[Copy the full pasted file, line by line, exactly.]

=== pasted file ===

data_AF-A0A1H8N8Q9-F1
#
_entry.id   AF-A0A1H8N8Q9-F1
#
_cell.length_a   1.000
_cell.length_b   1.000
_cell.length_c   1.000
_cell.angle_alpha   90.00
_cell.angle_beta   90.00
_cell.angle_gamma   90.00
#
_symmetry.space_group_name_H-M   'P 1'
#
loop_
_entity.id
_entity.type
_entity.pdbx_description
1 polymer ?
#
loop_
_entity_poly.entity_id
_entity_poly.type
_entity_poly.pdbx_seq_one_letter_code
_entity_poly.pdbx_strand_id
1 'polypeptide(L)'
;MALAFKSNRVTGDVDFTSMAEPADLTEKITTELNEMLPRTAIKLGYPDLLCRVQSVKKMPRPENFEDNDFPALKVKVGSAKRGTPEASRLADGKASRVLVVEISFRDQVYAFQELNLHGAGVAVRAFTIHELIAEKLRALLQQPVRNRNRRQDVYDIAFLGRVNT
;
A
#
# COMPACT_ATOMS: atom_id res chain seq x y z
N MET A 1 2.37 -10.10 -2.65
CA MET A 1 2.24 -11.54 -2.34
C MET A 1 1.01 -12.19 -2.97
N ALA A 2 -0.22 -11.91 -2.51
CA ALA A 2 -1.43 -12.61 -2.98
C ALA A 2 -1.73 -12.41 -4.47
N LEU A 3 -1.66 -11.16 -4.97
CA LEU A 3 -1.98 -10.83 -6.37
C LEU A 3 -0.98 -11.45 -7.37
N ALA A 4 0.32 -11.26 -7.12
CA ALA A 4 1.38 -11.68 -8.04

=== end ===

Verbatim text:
data_AF-A0A1H8N8Q9-F1
#
_entry.id   AF-A0A1H8N8Q9-F1
#
_cell.length_a   1.000
_cell.length_b   1.000
_cell.length_c   1.000
_cell.angle_alpha   90.00
_cell.angle_beta   90.00
_cell.angle_gamma   90.00
#
_symmetry.space_group_name_H-M   'P 1'
#
loop_
_entity.id
_entity.type
_entity.pdbx_description
1 polymer ?
#
loop_
_entity_poly.entity_id
_entity_poly.type
_entity_poly.pdbx_seq_one_letter_code
_entity_poly.pdbx_strand_id
1 'polypeptide(L)'
;MALAFKSNRVTGDVDFTSMAEPADLTEKITTELNEMLPRTAIKLGYPDLLCRVQSVKKMPRPENFEDNDFPALKVKVGSAKRGTPEASRLADGKASRVLVVEISFRDQVYAFQELNLHGAGVAVRAFTIHELIAEKLRALLQQPVRNRNRRQDVYDIAFLGRVNT
;
A
#
# COMPACT_ATOMS: atom_id res chain seq x y z
N MET A 1 2.37 -10.10 -2.65
CA MET A 1 2.24 -11.54 -2.34
C MET A 1 1.01 -12.19 -2.97
N ALA A 2 -0.22 -11.91 -2.51
CA ALA A 2 -1.43 -12.61 -2.98
C ALA A 2 -1.73 -12.41 -4.47
N LEU A 3 -1.66 -11.16 -4.97
CA LEU A 3 -1.98 -10.83 -6.37
C LEU A 3 -0.98 -11.45 -7.37
N ALA A 4 0.32 -11.26 -7.12
CA ALA A 4 1.38 -11.68 -8.04